It happened that their stay lasted somehow long with Sayf as guests until a month passed. Sayf bin Thi Yazn approximated Abdul Muttalib to him. He wanted to tell him about an important secret thinking that Abdul Muttalib had not known about it. He wanted to tell him about something that would have the dignity of life and the virtue after death for all of the human beings and that Abdul Muttalib would have the better share and the best luck of it. He said to him, “If a boy is born in Tehama having a mole between his shoulders, he will be of great importance and you will have the leading by virtue of him until the day of punishment.” Then he added after saying something to Abdul Muttalib: “His name is Muhammad. His father and mother die. He is adopted by his grandfather and his uncle.” Then he removed the cover and disclosed the secret: “I swear by the House (the Kaaba) that you are his grandfather definitely, o Abdul Muttalib!”13
Then Abdul Muttalib prostrated himself before his God thanking Him for this great blessing. He raised his head happily and smilingly to tell the king about something of the life of this great prophet: “His father and mother died and I and his uncle have adopted him.”14
Those were some evidences Abdul Muttalib saw besides many others that the life of his grandson was full of. And if there was but one evidence, it would be enough to prove that his grandson Muhammad was the very one, who would be that expected prophet, about whom the divine Books of the previous prophets had talked.
Some barren years passed. The rain stopped and the water became rare. The green grass yellowed and that torrential milk of the udders dried. Life became so difficult. Grief overcame the faces. Fear of the unknown darkened the eyes. No one was to intercede for them save Abdul Muttalib. With his great spirit, they asked him to intercede with his God. The heaven rained heavily and life refreshed again. The prayer of the intercessor was responded by his God to revive those dying souls after the loss of monies and the death of cattle.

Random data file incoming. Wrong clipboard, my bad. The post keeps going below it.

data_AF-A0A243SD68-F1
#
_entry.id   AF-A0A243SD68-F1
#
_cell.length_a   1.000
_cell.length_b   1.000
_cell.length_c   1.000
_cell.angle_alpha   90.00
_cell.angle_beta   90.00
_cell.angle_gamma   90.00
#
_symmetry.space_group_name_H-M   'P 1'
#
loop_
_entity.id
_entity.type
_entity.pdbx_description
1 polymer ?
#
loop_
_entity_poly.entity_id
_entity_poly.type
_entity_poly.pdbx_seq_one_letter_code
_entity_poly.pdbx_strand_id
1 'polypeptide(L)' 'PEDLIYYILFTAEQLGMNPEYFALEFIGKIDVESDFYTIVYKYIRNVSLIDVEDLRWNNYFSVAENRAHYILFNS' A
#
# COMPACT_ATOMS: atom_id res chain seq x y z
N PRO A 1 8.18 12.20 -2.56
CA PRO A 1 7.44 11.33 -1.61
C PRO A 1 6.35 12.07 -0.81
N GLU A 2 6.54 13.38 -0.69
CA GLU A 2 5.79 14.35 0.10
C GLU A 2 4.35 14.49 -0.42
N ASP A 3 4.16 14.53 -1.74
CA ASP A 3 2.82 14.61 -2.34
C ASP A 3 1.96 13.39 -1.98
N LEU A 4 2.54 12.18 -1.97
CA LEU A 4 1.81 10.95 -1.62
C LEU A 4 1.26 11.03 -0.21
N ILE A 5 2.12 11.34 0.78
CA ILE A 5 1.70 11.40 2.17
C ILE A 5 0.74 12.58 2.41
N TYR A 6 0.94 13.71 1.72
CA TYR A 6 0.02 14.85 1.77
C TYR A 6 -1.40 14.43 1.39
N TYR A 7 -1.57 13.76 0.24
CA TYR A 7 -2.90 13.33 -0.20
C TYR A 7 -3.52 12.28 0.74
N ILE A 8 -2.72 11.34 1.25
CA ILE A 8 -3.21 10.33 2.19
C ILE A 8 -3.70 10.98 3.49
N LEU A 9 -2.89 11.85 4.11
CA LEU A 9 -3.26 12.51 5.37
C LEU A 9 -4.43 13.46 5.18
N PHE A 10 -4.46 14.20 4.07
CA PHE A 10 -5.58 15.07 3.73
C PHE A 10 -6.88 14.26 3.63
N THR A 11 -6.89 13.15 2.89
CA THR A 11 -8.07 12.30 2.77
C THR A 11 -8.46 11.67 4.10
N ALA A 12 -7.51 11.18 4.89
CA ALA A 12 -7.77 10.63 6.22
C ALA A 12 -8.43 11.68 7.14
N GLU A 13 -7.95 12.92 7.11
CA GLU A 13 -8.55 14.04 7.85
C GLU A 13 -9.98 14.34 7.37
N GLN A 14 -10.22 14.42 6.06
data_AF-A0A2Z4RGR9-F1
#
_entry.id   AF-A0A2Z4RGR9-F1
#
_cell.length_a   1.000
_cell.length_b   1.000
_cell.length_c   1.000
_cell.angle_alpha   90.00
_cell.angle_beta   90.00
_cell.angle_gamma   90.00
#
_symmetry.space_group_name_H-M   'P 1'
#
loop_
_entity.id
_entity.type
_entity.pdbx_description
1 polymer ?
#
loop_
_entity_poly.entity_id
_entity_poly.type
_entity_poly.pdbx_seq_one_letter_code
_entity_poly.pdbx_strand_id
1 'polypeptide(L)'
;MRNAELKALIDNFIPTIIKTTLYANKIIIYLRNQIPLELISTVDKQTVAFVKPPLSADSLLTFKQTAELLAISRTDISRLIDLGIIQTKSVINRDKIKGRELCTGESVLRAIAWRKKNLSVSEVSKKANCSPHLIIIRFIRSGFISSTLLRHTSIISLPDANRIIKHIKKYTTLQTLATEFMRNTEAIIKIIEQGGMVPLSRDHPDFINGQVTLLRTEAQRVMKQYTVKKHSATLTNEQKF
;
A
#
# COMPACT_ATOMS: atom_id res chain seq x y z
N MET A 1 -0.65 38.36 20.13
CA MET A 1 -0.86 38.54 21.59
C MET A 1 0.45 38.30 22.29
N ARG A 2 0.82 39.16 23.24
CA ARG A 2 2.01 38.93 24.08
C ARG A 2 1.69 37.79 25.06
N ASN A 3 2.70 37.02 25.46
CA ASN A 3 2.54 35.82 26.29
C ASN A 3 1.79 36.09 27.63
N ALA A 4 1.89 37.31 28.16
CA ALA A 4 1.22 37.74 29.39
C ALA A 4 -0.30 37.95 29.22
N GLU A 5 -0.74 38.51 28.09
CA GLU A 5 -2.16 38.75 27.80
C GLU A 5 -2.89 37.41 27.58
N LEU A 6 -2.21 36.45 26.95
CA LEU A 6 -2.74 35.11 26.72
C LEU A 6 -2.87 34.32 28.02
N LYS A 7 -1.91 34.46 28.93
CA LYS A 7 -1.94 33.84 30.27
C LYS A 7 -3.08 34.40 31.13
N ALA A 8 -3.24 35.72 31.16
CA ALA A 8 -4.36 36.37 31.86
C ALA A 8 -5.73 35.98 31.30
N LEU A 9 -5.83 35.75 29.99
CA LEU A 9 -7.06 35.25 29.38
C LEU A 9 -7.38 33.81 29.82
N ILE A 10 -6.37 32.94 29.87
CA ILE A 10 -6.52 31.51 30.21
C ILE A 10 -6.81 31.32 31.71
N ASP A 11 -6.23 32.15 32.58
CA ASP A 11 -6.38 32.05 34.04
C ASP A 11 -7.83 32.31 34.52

A vision in the sleep had led them to this man, who was notable near Allah, to intercede for them and that his intercession would not, be denied. It was a vision that talked about honored qualities and amiable descriptions.15
Abdul Muttalib, surrounded by a halo of cadets and groups of phratries of Quraysh, kissed the corner of the Kaaba on their way to the top of Mountain Abu Qubays. He took his grandson Muhammad with him. His lips uttered with prayers coming out of a sensitive faithful heart: “O Allah, these are your slaves and sons of your slaves and your bondmaids and daughters of your bondmaids. You see what we are afflicted with. The barren years exhausted us. They did away with all the cattle and they are about to do with the selves. O Allah, take away the barrenness and bring us rain, fertility and revival!”
What a truthful prayer it was! As soon as it ascended to the Heaven, the Beneficent God responded to it.
As soon as they left the mountain, the sky was covered with heavy clouds bearing fertility and revival and driving away the barrenness. It began to rain and the valleys were filled with goodness. The lips smiled, the hearts danced and the eyes shined with happiness… but nevertheless some faces frowned, some lips writhed, some hearts were disgusted and some eyes scattered rays of grudge!
The caravan was about to reach Mecca when a sweet sound came out of one of the houses of Mecca expressing joy and happiness after Allah had responded to the prayer of Abdul Muttalib. It was Raqeeqa bint Abu Sayfi bin Sham, whose lips announced her sweet verses:
By Shaybatul Hamd16 Allah irrigated our country
After we lost the means of life and the rain retarded much.
The valley flowed with water where cattle and trees revive.
It was a blessing of Allah and thanks to this man that Mudhar
Had never newsed with better than.
What a blessed name it was that Allah made the clouds rain for
The sake of him, who had no similar among people at all.17
When it rained, the valleys were filled with water and the pastures became green but the country of Qayss and Mudhar had no chance of having a share of that. The clouds didn’t water their lands.